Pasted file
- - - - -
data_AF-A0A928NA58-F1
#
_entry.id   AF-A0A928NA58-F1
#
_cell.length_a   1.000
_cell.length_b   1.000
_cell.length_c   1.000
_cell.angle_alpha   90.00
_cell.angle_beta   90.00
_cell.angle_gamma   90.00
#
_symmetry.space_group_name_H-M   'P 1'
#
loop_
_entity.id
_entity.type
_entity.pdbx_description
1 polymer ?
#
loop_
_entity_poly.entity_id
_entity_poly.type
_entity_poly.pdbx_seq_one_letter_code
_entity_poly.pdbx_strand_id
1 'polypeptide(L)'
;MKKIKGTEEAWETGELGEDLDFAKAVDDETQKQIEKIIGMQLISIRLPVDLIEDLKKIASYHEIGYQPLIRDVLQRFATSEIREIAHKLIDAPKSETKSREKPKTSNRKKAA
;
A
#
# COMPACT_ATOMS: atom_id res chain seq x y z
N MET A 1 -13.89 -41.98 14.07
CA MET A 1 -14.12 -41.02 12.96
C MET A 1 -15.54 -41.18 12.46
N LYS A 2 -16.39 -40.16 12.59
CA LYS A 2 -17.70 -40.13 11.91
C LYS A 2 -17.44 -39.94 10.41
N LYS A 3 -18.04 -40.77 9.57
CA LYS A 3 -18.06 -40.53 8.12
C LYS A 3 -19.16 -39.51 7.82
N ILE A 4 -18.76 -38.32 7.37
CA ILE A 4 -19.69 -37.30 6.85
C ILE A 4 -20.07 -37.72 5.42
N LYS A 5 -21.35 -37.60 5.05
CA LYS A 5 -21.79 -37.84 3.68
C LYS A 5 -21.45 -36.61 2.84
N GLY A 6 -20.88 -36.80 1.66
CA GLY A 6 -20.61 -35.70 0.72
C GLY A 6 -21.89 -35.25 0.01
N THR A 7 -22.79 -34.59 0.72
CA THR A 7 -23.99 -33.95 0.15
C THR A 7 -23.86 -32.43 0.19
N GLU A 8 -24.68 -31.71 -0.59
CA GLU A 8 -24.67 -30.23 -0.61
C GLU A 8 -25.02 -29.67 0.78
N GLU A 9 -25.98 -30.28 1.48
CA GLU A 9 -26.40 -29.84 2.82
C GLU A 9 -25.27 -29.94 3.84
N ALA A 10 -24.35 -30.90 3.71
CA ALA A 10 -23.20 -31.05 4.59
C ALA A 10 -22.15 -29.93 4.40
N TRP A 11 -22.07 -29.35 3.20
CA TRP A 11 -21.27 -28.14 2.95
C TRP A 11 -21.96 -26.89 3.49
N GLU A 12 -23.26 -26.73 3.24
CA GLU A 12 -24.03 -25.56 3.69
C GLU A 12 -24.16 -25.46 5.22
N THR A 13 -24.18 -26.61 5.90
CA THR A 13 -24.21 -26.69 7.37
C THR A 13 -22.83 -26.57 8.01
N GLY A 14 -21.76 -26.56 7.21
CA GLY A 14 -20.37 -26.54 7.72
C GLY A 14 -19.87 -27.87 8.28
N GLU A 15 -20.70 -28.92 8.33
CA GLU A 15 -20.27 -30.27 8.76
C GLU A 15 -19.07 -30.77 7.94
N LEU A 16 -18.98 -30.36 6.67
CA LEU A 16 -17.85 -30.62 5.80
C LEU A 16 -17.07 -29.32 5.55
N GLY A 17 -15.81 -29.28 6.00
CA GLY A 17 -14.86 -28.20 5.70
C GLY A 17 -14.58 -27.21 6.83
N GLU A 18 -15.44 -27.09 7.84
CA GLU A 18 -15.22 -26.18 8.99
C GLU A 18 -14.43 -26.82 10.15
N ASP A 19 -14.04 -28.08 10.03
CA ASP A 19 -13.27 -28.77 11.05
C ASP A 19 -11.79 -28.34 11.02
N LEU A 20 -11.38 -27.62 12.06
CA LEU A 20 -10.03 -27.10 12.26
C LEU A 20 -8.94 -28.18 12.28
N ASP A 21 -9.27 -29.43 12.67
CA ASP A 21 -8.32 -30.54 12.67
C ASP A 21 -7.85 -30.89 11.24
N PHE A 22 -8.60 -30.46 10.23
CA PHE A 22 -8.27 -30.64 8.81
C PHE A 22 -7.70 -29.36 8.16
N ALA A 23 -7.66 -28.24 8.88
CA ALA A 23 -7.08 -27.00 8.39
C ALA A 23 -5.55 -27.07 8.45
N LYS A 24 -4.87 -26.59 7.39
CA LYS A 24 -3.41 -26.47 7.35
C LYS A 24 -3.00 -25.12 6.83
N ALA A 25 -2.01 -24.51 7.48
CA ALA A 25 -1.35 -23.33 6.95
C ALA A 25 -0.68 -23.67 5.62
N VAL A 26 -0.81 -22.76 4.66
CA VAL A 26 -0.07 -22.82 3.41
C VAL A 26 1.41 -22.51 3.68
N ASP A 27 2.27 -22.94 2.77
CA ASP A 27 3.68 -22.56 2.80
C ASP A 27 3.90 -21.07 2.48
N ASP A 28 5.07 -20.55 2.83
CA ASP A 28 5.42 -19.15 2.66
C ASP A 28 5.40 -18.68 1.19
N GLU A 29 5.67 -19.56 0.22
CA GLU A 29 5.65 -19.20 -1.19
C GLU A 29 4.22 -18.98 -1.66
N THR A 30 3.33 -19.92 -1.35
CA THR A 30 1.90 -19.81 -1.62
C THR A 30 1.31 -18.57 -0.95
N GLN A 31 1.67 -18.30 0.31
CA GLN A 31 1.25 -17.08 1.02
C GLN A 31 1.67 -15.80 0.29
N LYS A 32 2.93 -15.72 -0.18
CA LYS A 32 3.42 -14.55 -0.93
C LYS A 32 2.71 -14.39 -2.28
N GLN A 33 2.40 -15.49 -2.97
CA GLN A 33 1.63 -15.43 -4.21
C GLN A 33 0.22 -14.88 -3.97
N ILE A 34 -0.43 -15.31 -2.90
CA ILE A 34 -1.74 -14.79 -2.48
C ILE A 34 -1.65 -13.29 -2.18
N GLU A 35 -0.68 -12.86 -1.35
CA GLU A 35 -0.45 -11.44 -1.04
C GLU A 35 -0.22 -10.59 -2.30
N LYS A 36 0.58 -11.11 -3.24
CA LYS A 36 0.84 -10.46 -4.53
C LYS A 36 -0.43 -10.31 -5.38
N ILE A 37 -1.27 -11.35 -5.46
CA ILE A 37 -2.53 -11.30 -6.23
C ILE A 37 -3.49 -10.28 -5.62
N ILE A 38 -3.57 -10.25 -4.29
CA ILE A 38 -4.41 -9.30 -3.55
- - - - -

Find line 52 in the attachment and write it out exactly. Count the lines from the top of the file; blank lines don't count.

N GLU A 8 -24.68 -31.71 -0.59